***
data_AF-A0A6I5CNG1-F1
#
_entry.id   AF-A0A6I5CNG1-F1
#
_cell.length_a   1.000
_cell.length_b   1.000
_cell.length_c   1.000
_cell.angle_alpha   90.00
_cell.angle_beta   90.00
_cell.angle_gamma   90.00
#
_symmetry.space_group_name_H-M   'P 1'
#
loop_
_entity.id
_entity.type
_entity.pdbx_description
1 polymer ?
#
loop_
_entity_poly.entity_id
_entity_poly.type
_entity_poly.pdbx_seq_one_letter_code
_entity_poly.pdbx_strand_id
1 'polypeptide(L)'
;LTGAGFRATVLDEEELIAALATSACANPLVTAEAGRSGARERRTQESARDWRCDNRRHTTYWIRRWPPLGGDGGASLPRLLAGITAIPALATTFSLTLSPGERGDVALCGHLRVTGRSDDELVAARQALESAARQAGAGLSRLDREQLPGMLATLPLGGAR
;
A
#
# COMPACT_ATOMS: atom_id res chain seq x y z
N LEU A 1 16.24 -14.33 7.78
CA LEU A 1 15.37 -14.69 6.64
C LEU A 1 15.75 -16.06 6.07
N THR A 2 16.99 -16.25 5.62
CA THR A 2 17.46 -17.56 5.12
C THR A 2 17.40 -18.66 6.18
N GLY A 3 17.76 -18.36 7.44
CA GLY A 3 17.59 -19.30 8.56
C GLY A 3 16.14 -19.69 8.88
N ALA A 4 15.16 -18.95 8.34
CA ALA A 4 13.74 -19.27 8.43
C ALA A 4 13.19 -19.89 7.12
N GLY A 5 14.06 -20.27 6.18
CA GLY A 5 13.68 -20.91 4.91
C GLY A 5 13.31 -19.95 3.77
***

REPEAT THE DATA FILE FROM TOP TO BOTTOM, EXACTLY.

data_AF-A0A6I5CNG1-F1
#
_entry.id   AF-A0A6I5CNG1-F1
#
_cell.length_a   1.000
_cell.length_b   1.000
_cell.length_c   1.000
_cell.angle_alpha   90.00
_cell.angle_beta   90.00
_cell.angle_gamma   90.00
#
_symmetry.space_group_name_H-M   'P 1'
#
loop_
_entity.id
_entity.type
_entity.pdbx_description
1 polymer ?
#
loop_
_entity_poly.entity_id
_entity_poly.type
_entity_poly.pdbx_seq_one_letter_code
_entity_poly.pdbx_strand_id
1 'polypeptide(L)'
;LTGAGFRATVLDEEELIAALATSACANPLVTAEAGRSGARERRTQESARDWRCDNRRHTTYWIRRWPPLGGDGGASLPRLLAGITAIPALATTFSLTLSPGERGDVALCGHLRVTGRSDDELVAARQALESAARQAGAGLSRLDREQLPGMLATLPLGGAR
;
A
#
# COMPACT_ATOMS: atom_id res chain seq x y z
N LEU A 1 16.24 -14.33 7.78
CA LEU A 1 15.37 -14.69 6.64
C LEU A 1 15.75 -16.06 6.07
N THR A 2 16.99 -16.25 5.62
CA THR A 2 17.46 -17.56 5.12
C THR A 2 17.40 -18.66 6.18
N GLY A 3 17.76 -18.36 7.44
CA GLY A 3 17.59 -19.30 8.56
C GLY A 3 16.14 -19.69 8.88
N ALA A 4 15.16 -18.95 8.34
CA ALA A 4 13.74 -19.27 8.43
C ALA A 4 13.19 -19.89 7.12
N GLY A 5 14.06 -20.27 6.18
CA GLY A 5 13.68 -20.91 4.91
C GLY A 5 13.31 -19.95 3.77